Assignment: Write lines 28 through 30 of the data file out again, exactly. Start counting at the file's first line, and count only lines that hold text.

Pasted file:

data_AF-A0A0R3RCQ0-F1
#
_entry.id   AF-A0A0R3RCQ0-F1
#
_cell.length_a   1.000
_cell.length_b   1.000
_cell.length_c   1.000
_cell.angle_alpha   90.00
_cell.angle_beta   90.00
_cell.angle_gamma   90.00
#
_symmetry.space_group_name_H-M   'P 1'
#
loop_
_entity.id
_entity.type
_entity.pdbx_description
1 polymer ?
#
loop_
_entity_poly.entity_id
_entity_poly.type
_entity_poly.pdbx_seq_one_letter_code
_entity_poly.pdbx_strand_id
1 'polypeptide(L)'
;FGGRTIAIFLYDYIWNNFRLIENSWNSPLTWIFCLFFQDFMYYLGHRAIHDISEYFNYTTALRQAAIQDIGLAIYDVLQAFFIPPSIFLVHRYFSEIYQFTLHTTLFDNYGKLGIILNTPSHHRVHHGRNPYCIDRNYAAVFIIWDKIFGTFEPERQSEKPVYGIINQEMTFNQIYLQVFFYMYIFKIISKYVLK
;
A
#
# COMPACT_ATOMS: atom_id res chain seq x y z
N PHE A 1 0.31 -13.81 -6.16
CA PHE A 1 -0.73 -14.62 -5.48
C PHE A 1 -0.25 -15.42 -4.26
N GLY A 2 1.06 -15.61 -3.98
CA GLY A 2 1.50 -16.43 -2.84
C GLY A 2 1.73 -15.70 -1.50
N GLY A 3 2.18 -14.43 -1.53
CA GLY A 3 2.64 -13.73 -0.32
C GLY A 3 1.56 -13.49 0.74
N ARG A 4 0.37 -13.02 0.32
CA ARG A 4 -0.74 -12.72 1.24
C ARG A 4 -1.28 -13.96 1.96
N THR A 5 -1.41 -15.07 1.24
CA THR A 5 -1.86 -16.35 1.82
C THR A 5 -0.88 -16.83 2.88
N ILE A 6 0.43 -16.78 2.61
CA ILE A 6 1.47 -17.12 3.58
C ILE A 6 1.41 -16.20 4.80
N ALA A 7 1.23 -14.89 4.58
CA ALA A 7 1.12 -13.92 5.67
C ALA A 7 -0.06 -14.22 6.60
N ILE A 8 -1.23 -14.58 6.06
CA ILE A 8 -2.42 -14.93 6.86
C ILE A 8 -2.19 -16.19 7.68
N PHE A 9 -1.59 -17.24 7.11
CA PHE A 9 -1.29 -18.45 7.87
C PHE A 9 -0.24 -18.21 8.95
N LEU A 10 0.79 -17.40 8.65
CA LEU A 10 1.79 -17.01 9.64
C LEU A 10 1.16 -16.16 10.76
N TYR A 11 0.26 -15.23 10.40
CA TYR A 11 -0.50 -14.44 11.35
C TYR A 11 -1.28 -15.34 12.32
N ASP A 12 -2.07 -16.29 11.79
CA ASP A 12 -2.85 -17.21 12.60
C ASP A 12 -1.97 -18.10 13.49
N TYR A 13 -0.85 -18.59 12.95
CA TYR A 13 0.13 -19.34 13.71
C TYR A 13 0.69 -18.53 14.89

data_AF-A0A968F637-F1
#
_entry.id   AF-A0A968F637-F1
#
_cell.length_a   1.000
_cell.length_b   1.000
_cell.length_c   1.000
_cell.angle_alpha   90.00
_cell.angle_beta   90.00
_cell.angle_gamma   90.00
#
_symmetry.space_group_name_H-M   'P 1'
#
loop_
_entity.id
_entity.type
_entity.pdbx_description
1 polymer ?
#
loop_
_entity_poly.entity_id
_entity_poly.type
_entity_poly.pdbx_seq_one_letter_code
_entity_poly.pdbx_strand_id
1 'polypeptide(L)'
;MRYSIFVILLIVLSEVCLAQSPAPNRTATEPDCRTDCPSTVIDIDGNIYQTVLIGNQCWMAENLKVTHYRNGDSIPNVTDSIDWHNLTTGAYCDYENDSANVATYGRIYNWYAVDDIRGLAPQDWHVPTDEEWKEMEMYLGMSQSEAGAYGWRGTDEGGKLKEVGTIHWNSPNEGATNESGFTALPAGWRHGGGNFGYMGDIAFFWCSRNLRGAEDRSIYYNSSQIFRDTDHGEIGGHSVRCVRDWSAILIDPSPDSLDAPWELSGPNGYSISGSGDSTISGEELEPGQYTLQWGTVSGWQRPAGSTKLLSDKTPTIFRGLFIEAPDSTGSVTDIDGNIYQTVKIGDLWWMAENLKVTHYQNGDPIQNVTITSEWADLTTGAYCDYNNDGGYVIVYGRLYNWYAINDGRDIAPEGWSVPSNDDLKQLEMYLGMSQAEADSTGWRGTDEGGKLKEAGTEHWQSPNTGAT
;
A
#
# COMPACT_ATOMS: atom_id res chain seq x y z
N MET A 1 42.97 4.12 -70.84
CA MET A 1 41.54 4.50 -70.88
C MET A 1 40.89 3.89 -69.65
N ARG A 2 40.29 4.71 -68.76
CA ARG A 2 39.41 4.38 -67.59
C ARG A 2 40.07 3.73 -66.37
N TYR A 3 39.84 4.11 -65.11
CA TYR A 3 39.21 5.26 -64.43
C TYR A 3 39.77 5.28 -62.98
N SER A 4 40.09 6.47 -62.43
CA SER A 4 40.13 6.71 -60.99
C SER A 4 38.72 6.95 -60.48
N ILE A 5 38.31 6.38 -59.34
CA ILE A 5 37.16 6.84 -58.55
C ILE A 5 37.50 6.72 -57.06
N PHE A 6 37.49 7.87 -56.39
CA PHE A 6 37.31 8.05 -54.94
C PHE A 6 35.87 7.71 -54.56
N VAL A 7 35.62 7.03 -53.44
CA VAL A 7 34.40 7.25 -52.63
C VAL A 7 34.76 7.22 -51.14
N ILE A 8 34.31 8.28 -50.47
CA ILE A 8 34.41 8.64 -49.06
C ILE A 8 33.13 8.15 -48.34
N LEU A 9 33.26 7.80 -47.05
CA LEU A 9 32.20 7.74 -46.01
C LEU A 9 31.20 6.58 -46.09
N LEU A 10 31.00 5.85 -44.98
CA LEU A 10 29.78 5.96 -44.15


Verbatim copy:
A
#
# COMPACT_ATOMS: atom_id res chain seq x y z